We’re all about creating memories here at WeSwap. And in 2019, we’re looking to help you make even more. How? By helping you tick off those big bucket list items, while also giving you any excuse to get away. Whenever you can. Wherever you want.
So, get your calendars out. Because here are our top 20 world events for 2019.
The only thing better than watching dozens of vibrant hot air balloons take flight above the magnificent snow-capped peaks of the Dolomites is, perhaps, being a part of the spectacle. Combine this magical experience with a heart-pumping ski and snowboard vacation in one of the world’s largest ski resorts.
Forget the miserable English winter, grab your sequin leggings, peacock feather headdress and fly to Brazil. Just before Lent some two million people per day hit the streets of Rio and take part in the world’s biggest carnival. Tourists and revellers can enjoy the street parades, floats, vibrant costumes and energic dancing. With hundreds of these blocos going on all over Rio morning noon and night you will always find a party. As the blocos continue on the streets, inside the Sambodromo, a purpose-built parade area, samba schools compete to win over the crowd and judges for the best performance. Carnival is free but entry to the Sambodromo costs, tickets for the grandstand on main parade day cost from R$297 (that’s Brazilian real) .
Whilst Rio carnival may be the biggest, Mardi Gras in New Orleans is renowned for being the wildest. So, don some gold, purple and green, grab a large drink, a bead necklace or 8 and bring your A game. There are floats, parades, and parties everywhere. The biggest party of the New Orleans carnival season is on “Fat Tuesday”, which is 5th March this year. However, there are a whole two weeks of carnival celebrations in the run up.
Started in 1162, outlawed in 1797 and brought back in 1979 the Carnival of Venice has a long history and now welcomes some 3 million visitors each year. The city is transformed with people in intricate costumes and masks, with the best competing for la maschera più bella (“the most beautiful mask”). Activities start with acrobats and music on the water and continue with parades, markets, crafts, re-enactment, and parties. Venice does get very busy so get ready for crowds and try to get away from St.Marks square towards some of the quieter areas.
Powered dye, water sprinklers and rituals. The Festival of Colors is celebrated the day after the March full moon and marks the end of winter and upcoming spring. Holi celebrations are a reminder of the triumph of good over evil. Rituals include burning of demoness Holika, bonfires are lit, people sing and dance around the fire known as puja. No rituals are performed on the main day but the famous coloured powder is thrown and applied to people’s faces. Music, dancing, and cannabis milk (bhang) occupy the celebrations of this fun event.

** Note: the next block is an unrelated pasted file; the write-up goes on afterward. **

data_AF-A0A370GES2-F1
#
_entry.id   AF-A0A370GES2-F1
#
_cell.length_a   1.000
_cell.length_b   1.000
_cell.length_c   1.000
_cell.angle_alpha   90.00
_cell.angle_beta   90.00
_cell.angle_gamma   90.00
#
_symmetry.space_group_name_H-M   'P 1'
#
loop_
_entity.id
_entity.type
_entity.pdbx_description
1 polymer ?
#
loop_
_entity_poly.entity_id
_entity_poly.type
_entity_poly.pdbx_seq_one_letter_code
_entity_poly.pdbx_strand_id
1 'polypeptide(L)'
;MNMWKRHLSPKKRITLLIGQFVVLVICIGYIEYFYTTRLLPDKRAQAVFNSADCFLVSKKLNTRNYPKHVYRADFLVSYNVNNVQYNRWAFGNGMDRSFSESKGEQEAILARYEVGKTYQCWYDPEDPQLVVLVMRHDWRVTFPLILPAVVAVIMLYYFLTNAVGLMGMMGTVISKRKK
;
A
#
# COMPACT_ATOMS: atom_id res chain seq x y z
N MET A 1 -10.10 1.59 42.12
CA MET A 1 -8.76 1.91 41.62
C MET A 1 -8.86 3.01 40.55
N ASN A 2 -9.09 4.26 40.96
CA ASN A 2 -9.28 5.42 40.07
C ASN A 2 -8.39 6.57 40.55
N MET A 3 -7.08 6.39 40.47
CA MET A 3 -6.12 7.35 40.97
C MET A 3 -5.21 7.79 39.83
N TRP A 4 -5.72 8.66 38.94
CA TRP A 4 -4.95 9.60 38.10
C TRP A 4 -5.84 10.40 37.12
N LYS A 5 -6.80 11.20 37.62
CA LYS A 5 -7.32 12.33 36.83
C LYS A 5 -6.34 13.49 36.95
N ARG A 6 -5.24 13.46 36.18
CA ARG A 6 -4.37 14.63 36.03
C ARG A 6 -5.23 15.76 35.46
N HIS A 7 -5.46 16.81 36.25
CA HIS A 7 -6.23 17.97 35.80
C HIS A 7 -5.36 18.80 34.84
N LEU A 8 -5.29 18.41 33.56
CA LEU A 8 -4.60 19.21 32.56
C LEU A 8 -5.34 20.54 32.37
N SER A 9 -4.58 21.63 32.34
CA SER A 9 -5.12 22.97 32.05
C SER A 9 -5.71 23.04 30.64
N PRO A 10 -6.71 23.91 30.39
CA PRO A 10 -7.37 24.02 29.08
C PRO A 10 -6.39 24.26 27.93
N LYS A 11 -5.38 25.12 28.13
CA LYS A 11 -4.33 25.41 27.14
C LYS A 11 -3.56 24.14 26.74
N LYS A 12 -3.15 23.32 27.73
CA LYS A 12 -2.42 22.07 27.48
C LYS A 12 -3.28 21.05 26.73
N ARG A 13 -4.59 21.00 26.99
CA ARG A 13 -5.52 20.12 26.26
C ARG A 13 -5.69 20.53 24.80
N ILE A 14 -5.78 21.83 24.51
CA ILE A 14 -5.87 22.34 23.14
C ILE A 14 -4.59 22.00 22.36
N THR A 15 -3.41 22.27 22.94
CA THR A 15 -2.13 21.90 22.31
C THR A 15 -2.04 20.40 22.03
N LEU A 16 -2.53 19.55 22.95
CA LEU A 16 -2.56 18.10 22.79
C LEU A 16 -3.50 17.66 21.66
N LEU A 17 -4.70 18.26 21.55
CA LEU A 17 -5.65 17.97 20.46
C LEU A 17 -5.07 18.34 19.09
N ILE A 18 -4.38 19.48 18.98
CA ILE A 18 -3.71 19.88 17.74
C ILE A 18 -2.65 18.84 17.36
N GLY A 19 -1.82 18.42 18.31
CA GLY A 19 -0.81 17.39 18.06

The goal is certainly ambitious: to combine vastly different contemporary genres, from chamber music to media art, into an exploration of what defines music today. But for 13 years, MaerzMusik has managed to do just that through a programme of openness and creativity, brought to life by artists both mainstream and fringe.
Time for the iconic green jackets to make an appearance. The first major golf competition of the year, the Masters Tournament starts on 5th April. It’s been played on the historic Augusta National Golf Club since 1934.
No one brings in the new year quite like Thailand, the entire country shuts down for a 3-day water fight! Don’t venture outside without your water gun but do leave your phone and be prepared to get soaked in this anything-goes event. Open top trucks drive around with teams of people armed with balloons, buckets and super soakers ready to attack, whilst those on the street wait with concealed talcum powder and water in retaliation. Head to Bangkok, Chiang Mai, and Phuket for the biggest celebrations during the day then continue the party on late into the night. Remember you can now use your WeSwap card in places like Thailand!
Everything really is bigger in Texas – even the sand castles. A general “go big or go home” attitude dominates this three-day competition, drawing master sand sculptors from across the globe hoping to qualify for the world sand sculpting championship. As the pros set to work, spectators can enjoy music, food and entertainment, not to mention amateur competitions and sand sculpting workshops.
As if you needed another reason to visit this great city. King’s Day in Amsterdam is a stand out celebration. The canals make way for boat parades, market stalls are set up by anyone selling everything and everybody wears orange in tribute to the Royal Family being part of the House of Orange. The day is family friendly and kids can run their own stalls, get involved in sports, and play games. WeSwap Tip: If you are on one of the thousands of decorated boats on the canal and need the toilet, look out for a moored plasboot (literally ‘pee boat’) Enjoy!
The Cannes Festival, until 2002 called the International Film Festival and known in English as the Cannes Film Festival, is an annual film festival held in Cannes, France, which previews new films of all genres, including documentaries from all around the world.
You’ve heard of the infamous Burning Man festival. Well, AfrikaBurn is her saucy little sister, set on an isolated private farm some 400 kilometres from Cape Town, amid rocky terrain best accessed by an ATV. Smaller and younger – both literally and demographically – than its sibling event, AfrikaBurn’s festival-meets-art-community vibe draws fun-loving music and culture lovers from across the continent and around the world.